ruler, a mere man, when the will which oppresses him is only a human will, individual as his own, he is offended, and endures the yoke with indignation. Such was the true, distinctive character of the feudal power; and such is the origin of the antipathy which it never ceased to inspire. The religious element which was associated with it was little calculated to lighten the burden. I do not fancy that the influence of the priest was much, in the little society which I have described, nor that he was very successful in legitimating the connection between the inferior population and its lord. The church has exercised a very great influence over European civilization, but this it has done by proceeding in a general manner, by changing the general dispositions of mankind. When we examine closely into the little feudal society, properly so called, we find the influence of the priest between the lord and the colonists to be hardly anything. Most frequently he was himself as rough and inferior as a serf, and very little able, either by situation or disposition, to oppose the arrogance of the lord. No doubt, as he was only called upon to sustain and develope some moral life in the inferior population, he was dear and useful to them on this account, and he probably diffused something of consolation and life; but he could do, and did, I conceive, very little for their fortune. I have examined the elementary feudal society; I have placed before you the principal consequences which might accrue from it, either to the possessor of the fief himself, to his family, or to the population congregated around him. Let us now leave these narrow bounds. The population of the fief was not confined to the territory, there were other societies, analogous or different, to which it bore relation. What influence did this general society to which it belonged exercise over civilization ? I will make a short observation before replying: it is true that both the possessor of the fief and the priest belonged to a general society, they had, at a distance, numerous relations. It was not the same with the colonists, and serfs : every time that, to designate the rural population, at this period, we employ a general word, which seems to imply one and the same society, the word people, for example, we speak untruly. There was for this population no general society; its existence was entirely local. Beyond the territory which they inhabited the colonists had no connexion with any one, were neither bound to any one, or to anything. There was for them no common destiny, no common country; they did not form a people. When we speak of the feudal association as a whole, it is the possessors of fiefs only that are concerned. Let us see what were the relations of the petty feudal society with the general society with which it was connected, and what consequences these relations would probably have on the development of civilization. You know what ties bound the possessors of fiefs among themselves, what relations were attached to their property, what were the obligations of service on the one part, and protection on the other. I shall not enter into the details of these obligations, it is enough that you have a general idea of them. From them there was necessarily implanted in the mind of each possessor of a fief a certain number of moral ideas and sentiments, ideas of duty, sentiments of affection. It is obvious that the principle of fidelity, of devotion, of loyalty to engagements, and all the sentiments connected with these, must have been developed and maintained by the relations of the possessors of fiefs among themselves. These obligations, duties and sentiments, endeavoured to convert themselves into rights and institutions. Every one knows that feudalism desired to regulate by law the extent of the services due from the possessor of the fief to his suzerain; what were the services he might expect in return; in what cases the vassal owed military or pecuniary aid to his suzerain; in what form the suzerain ought to obtain the consent of his vassals for services to which they were not bound by the simple possession of their fief. Attempts were made to place all these rights under the guarantee of institutions the object of which was to ensure respect towards them. Thus, the seignorial jurisdictions were to dispense justice between the possessors of fiefs, upon claims carried before their common suzerain. Thus, every lord of any importance assembled his vassals in parliament, to treat with them on matters which required their consent or concurrence. There were, in short, a collection of political, judicial, and military powers, by which they attempted to organise the feudal system, to convert the relations of the possessors of fiefs into rights and institutions. But these rights and institutions had no reality, no guarantee. If we inquire what is the nature of a guarantee, a political guarantee, we arrive at the perception that its fundamental character is the constant presence, in the midst of the society, of a will, a power with the inclination and the ability to impose a law upon individual wills and powers, to make them observe the common rule, and respect the general right. There are only two possible systems of political guarantees: there must either be a particular will, and power, so superior to all others, that none can resist it, and that all are compelled to submit to it, as soon as it interferes; or else a public power, and will, the result of the concurrence and development of individual wills, which must likewise be in a condition, when it has issued from them, to rule over and obtain respect from all. Such are the only two possible systems of political guarantees: the despotism of an individual, or of a body, or free government. When we review all systems, we find that they are all included under one or other of these. Well, neither one nor the other existed, or could exist, under the feudal system. Doubtless, the possessors of fiefs were not all equal among themselves; there were many more powerful than the rest, and many powerful enough to oppress the yeaker. But there was not one, to begin with the highest suzerain, the king, who was in a condition to impose law on all the others, in a condition to compel obedience. Observe that all permanent means of power and action were wanting: there were no permanent troops, no permanent taxes, no permanent tribunals. The social powers and institutions were, in some sort, obliged to recommence, to be recreated each time they were needed. It was necessary to organise a tribunal for every process, an army for every war, a revenue whenever there was need of money; every thing was occasional, accidental, special; there was no means of central. permanent, independent government. It is clear that, in such a system, no individual was capable of imposing his will on others, or of causing the general right to be respected by all On the other hand, resistance was as easy as repression was difficult. Shut up in his castle, having to do with a small number of enemies, easily finding, among the vassals situated in the same way as himself, means of coalition, and of assistance, the possessor of a fief had every facility for defending himself. Thus then the first system of political guarantees, the system which places them under the intervention of the most powerful, is proved to be impossible in feudalism. The other system, that of free government, of a public power, was equally impracticable; it could never have arisen in the midst of feudalism. The reason is simple. When we speak, in the present day, of a public power, of what we call the rights of sovereignty, the right of imposing laws, taxes, and punishments, we all know, and think, that these rights belong to no individual, that no one has, on his own account, the right to punish others, to impose on them a burden, or a law. These are rights that pertain only to society in general, which are exercised in its name, which it holds, not of itself, but of the most High. Thus, when an individual comes before the power which is invested with these rights, the sentiment which moves him, perhaps unconsciously, is that he is in the presence of a public, legitimate authority, which has a mission to command him, and he is in a manner submissive, naturally and involuntarily. It was quite otherwise in feudalism. The possessor of the fief was invested with all the rights of sovereignty in his domain, and over the men that occupied it; they were inherent to the domain, and formed part of his private property. What we now call public rights, were then private rights; what are now public powers, were then private powers. When a holder of a fief, after having exercised sovereignty in his own name, as proprietor, over all the population among whom he lived, went to an assembly, to a parliament held in the presence of his suzerain, a parliament not at all numerous, generally composed of his equals, or nearly so, he neither carried there, nor brought away with him, an idea of public power. Such an idea was a contradiction to his whole existence, to all his acts in his domains. He only saw there men invested with the same rights and in the same situation as himself, acting as he did, in virtue of their personal will. Nothing led or obliged him to recognise, in the highest department of the government, in the institutions which we call public, that character of superiority and generosity, inherent to the idea which we form of political powers. And if he was discontented with the decision made there, he refused to concur in it, or appealed to force to resist it. Force was, under the feudal system, the true and habitual guarantee of right, if we may call force a guarantee. All rights appealed unceasingly to force to ensure their being recognised and respected. No institution succeeded in doing this. This was so much felt, that institutions were never applied to. If the seignorial courts, and parliaments of vassals had been in a condition to act, we should meet with them in history more frequently than we do; their rarity proves their uselessness.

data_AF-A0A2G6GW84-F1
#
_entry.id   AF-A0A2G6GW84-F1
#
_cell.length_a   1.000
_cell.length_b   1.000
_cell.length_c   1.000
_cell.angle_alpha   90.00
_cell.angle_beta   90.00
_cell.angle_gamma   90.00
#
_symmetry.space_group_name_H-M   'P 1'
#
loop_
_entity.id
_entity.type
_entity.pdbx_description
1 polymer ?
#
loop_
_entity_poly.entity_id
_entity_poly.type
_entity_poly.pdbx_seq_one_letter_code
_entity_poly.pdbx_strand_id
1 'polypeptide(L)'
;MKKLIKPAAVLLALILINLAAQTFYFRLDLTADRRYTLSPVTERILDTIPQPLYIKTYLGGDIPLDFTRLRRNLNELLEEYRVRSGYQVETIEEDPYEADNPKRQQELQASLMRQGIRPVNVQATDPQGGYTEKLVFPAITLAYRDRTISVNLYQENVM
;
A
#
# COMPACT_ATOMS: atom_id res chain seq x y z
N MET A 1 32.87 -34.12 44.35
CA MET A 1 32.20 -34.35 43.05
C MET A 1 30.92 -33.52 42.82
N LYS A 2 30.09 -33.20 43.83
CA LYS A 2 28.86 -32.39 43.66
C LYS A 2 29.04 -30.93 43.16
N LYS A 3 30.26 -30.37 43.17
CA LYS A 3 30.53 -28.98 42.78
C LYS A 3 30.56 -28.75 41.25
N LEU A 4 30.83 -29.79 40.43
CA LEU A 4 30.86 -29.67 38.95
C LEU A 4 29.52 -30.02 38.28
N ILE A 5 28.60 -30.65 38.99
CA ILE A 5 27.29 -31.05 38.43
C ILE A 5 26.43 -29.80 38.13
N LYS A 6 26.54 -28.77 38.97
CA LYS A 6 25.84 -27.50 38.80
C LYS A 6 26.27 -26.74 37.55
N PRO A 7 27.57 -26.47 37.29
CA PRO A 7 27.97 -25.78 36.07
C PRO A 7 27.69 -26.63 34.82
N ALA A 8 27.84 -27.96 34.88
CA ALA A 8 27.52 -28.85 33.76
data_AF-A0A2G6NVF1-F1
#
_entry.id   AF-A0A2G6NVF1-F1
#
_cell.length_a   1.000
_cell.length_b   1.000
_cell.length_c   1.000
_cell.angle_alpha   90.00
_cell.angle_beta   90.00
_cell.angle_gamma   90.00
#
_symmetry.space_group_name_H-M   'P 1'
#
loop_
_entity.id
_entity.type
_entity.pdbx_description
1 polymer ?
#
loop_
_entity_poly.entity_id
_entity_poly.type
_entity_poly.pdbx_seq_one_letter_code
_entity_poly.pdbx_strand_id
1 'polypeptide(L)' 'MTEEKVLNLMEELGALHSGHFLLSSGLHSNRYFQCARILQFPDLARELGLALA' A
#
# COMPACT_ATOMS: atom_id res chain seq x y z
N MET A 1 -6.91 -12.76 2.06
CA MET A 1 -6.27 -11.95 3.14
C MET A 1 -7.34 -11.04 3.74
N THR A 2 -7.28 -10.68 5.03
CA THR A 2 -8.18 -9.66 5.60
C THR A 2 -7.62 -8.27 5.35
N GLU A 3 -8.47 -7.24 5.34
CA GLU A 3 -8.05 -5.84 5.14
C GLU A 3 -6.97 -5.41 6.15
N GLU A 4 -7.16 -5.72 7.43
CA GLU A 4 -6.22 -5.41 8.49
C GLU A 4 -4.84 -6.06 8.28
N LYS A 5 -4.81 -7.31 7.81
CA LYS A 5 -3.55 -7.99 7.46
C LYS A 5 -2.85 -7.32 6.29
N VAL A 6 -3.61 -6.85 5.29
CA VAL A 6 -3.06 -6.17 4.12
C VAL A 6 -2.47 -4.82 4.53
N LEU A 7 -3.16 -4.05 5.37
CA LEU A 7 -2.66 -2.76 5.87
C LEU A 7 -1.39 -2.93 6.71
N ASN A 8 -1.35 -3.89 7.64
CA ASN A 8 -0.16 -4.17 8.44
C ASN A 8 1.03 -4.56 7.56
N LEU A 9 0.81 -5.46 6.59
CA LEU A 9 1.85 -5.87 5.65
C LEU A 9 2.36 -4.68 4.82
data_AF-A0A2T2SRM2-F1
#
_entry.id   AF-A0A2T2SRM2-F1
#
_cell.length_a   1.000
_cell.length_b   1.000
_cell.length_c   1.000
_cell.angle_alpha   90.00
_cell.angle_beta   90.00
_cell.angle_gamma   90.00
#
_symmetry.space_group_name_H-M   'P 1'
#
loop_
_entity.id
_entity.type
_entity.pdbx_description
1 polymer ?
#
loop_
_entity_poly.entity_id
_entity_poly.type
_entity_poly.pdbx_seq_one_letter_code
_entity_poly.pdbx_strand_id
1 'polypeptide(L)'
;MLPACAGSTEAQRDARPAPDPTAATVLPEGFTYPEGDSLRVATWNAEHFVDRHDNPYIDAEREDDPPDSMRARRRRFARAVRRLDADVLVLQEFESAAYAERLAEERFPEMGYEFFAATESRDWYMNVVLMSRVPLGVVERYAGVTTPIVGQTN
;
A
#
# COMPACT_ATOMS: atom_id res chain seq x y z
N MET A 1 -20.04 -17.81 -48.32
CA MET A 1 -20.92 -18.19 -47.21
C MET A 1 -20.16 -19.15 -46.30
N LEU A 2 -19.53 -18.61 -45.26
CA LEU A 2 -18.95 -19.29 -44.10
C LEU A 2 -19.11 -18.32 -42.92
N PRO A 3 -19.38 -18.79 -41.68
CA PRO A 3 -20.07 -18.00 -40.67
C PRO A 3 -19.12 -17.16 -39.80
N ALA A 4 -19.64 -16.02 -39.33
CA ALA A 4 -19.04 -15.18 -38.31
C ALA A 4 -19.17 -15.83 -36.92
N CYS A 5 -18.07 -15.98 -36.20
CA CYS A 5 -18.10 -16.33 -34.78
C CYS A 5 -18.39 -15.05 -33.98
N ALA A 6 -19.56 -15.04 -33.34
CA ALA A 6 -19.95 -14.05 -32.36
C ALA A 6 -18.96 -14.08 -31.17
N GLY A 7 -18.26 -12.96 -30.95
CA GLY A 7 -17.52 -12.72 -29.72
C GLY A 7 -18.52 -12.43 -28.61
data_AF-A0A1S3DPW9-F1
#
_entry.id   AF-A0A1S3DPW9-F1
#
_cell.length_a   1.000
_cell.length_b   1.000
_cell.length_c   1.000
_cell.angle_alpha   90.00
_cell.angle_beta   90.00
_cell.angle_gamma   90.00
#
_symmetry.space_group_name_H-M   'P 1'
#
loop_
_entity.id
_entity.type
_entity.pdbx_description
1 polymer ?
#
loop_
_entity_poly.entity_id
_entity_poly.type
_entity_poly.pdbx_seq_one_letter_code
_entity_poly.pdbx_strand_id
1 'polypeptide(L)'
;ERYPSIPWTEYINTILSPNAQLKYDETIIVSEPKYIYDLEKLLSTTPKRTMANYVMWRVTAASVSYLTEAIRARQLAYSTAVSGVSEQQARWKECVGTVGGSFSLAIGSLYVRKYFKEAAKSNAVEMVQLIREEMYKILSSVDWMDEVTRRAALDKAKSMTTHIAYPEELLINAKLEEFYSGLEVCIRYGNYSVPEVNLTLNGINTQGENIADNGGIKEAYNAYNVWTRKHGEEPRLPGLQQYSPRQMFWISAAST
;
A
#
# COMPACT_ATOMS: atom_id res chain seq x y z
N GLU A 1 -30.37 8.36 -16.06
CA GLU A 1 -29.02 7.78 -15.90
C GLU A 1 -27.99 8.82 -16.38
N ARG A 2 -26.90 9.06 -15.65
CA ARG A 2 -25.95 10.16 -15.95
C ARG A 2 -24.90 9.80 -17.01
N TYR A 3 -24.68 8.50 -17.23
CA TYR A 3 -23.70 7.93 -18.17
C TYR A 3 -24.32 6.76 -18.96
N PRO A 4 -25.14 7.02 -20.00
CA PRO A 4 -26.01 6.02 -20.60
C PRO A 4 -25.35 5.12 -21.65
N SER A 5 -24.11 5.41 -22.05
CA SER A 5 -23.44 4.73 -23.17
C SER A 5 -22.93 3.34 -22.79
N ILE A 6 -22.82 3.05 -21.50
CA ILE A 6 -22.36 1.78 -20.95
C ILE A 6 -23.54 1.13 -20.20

62.-ACCESSION OF HENRY II. HUME.
The extensive confederacies, by which the European potentates are now at once united and set in opposition to each other, and which, though they are apt to diffuse the least spark of dissension throughout the whole, are at least attended with this advantage, that they prevent any violent revolutions or conquests in particular states, were totally unknown in ancient ages; and the theory of foreign politics in each kingdom formed a speculation much less complicated and involved than at present. Commerce had not yet bound together the most distant nations in so close a chain : wars, finished in one campaign, and often in one battle, were little affected by the movements of remote states. The imperfect communication among the kingdoms, and their ignorance of each others situation, made it impracticable for a great number of them to combine in one project or effort: and above all, the turbulent spirit and independent situation of the barons or great vassals in each state gave so much occupation to the sovereign, that he was obliged to confine his attention chiefly to his own state and his own system of government, and was more indifferent about what passed among his neighbours. Religion alone, not politics, carried abroad the views of princes, while it either fixed their thoughts on the Holy land, whose conquest and defence was deemed a point of common honour and interest, or engaged them in intrigues with the Roman pontiff, to whom they had